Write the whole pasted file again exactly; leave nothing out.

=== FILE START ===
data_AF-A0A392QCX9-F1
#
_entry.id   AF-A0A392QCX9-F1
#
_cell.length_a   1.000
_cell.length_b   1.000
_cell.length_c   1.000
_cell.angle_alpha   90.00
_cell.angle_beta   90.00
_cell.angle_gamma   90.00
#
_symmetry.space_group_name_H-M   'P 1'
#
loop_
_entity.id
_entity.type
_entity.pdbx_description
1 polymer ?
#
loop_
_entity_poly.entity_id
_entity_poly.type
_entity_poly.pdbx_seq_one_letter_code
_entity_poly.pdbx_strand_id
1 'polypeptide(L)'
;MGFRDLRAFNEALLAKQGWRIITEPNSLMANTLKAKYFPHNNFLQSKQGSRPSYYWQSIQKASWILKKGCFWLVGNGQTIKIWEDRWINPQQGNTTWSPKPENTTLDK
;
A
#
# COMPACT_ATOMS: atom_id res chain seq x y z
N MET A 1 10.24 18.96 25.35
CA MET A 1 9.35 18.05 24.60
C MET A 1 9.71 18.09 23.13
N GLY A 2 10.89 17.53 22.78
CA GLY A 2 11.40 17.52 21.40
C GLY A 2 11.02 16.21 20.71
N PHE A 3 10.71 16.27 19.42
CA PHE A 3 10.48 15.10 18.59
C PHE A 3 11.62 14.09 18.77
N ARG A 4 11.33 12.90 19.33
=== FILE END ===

data_AF-A0A392QCX9-F1
#
_entry.id   AF-A0A392QCX9-F1
#
_cell.length_a   1.000
_cell.length_b   1.000
_cell.length_c   1.000
_cell.angle_alpha   90.00
_cell.angle_beta   90.00
_cell.angle_gamma   90.00
#
_symmetry.space_group_name_H-M   'P 1'
#
loop_
_entity.id
_entity.type
_entity.pdbx_description
1 polymer ?
#
loop_
_entity_poly.entity_id
_entity_poly.type
_entity_poly.pdbx_seq_one_letter_code
_entity_poly.pdbx_strand_id
1 'polypeptide(L)'
;MGFRDLRAFNEALLAKQGWRIITEPNSLMANTLKAKYFPHNNFLQSKQGSRPSYYWQSIQKASWILKKGCFWLVGNGQTIKIWEDRWINPQQGNTTWSPKPENTTLDK
;
A
#
# COMPACT_ATOMS: atom_id res chain seq x y z
N MET A 1 10.24 18.96 25.35
CA MET A 1 9.35 18.05 24.60
C MET A 1 9.71 18.09 23.13
N GLY A 2 10.89 17.53 22.78
CA GLY A 2 11.40 17.52 21.40
C GLY A 2 11.02 16.21 20.71
N PHE A 3 10.71 16.27 19.42
CA PHE A 3 10.48 15.10 18.59
C PHE A 3 11.62 14.09 18.77
N ARG A 4 11.33 12.90 19.33